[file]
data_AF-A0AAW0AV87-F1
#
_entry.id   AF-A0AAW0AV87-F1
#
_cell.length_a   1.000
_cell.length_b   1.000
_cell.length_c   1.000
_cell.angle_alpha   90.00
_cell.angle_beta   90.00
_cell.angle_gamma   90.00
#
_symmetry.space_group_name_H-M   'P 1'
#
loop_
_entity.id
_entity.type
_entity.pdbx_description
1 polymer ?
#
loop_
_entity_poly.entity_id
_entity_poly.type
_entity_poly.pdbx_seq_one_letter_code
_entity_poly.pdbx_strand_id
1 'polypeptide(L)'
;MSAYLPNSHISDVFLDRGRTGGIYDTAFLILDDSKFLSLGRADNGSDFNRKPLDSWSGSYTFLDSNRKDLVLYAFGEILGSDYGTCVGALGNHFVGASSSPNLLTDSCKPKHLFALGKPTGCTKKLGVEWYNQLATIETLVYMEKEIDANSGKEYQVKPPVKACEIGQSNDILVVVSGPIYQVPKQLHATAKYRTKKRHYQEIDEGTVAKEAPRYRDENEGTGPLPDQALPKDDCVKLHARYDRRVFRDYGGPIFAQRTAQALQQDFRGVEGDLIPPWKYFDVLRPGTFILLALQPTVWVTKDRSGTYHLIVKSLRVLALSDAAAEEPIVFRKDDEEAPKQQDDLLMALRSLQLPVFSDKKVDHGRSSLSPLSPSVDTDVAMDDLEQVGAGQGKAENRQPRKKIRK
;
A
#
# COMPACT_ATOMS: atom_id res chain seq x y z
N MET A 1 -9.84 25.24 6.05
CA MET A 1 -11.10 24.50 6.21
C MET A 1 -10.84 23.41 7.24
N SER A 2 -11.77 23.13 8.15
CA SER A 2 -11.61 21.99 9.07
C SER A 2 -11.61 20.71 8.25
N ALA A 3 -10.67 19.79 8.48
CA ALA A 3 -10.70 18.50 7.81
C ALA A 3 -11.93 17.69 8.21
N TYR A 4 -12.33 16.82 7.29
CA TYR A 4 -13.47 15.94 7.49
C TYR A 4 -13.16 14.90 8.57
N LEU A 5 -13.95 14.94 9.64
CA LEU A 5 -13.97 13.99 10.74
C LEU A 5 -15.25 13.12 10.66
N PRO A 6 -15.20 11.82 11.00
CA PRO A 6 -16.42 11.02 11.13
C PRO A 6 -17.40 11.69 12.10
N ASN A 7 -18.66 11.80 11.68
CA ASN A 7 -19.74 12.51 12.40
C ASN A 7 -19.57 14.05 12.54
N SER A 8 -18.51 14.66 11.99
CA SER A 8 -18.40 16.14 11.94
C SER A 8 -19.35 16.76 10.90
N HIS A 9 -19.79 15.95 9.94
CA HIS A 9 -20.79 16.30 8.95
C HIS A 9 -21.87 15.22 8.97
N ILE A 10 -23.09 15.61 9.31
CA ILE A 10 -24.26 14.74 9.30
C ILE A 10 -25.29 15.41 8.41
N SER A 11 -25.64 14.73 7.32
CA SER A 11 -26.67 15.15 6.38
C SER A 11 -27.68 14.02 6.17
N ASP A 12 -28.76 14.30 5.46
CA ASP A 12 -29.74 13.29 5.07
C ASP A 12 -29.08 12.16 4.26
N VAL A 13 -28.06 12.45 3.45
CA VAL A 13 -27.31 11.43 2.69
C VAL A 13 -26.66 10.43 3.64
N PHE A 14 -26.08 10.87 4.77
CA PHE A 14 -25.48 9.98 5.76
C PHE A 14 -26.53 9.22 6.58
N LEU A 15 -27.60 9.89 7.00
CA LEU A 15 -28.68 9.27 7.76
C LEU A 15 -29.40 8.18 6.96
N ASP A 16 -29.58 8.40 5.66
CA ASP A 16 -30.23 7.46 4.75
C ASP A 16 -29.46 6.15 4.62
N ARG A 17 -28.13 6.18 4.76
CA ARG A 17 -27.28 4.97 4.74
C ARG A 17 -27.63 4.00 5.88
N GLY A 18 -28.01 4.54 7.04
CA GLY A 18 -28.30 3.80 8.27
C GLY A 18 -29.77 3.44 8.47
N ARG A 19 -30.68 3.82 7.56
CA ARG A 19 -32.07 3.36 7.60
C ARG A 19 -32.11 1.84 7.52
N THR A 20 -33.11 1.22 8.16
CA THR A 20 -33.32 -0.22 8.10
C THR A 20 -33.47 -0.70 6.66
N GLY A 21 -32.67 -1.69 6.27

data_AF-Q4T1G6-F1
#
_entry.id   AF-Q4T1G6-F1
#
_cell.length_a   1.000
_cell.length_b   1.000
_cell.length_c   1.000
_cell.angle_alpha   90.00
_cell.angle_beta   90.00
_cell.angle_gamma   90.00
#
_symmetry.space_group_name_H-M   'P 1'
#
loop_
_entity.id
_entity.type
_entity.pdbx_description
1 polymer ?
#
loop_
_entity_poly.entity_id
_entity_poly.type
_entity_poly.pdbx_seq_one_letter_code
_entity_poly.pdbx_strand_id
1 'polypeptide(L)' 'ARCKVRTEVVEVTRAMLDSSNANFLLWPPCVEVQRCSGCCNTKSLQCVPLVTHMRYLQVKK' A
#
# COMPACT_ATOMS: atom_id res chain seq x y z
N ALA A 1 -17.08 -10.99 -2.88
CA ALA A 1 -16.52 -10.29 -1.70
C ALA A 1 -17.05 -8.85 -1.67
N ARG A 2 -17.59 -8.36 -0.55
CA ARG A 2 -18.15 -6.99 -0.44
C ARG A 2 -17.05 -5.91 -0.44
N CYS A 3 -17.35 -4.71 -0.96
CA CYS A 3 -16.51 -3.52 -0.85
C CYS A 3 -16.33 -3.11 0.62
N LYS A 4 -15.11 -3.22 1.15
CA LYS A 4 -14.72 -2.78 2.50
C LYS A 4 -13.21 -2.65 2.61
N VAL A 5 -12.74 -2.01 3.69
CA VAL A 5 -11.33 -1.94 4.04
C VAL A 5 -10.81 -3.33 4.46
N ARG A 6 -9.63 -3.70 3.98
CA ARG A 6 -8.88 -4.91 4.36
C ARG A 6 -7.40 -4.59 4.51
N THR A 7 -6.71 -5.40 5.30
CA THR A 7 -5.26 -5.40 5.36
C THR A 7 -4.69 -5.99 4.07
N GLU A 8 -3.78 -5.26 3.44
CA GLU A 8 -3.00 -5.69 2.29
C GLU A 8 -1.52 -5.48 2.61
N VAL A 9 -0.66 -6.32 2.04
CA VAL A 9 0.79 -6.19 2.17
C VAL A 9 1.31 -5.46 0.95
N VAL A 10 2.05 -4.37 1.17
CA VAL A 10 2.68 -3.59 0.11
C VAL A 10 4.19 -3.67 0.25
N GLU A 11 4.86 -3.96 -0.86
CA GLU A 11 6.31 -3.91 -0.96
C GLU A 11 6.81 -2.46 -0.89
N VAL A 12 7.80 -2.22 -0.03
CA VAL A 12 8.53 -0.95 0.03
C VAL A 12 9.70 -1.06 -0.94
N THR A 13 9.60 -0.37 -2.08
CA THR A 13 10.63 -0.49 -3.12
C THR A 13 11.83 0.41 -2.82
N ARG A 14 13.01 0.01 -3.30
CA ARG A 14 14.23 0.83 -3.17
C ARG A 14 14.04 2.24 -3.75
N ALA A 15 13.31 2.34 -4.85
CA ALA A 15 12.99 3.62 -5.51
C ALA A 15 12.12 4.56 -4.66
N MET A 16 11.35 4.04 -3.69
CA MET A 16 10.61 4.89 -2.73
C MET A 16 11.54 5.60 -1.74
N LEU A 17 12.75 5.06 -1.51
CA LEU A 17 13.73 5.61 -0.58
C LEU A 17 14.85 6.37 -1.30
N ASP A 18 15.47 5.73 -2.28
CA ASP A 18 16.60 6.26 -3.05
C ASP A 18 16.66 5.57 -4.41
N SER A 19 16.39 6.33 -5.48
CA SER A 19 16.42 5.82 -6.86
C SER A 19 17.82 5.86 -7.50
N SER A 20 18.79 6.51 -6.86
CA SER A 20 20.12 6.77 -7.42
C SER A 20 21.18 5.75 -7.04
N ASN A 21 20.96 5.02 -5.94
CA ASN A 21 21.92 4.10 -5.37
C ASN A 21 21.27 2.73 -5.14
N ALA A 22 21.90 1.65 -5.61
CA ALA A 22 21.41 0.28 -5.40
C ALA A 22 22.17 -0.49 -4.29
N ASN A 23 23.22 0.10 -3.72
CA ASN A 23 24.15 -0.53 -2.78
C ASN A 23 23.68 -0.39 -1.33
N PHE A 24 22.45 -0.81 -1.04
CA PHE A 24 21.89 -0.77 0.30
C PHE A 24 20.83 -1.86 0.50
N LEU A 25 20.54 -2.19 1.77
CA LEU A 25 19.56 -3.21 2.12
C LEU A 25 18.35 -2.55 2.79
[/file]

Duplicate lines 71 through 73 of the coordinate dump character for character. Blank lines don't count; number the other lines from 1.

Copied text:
CA PHE A 14 -25.48 9.98 5.76
C PHE A 14 -26.53 9.22 6.58
N LEU A 15 -27.60 9.89 7.00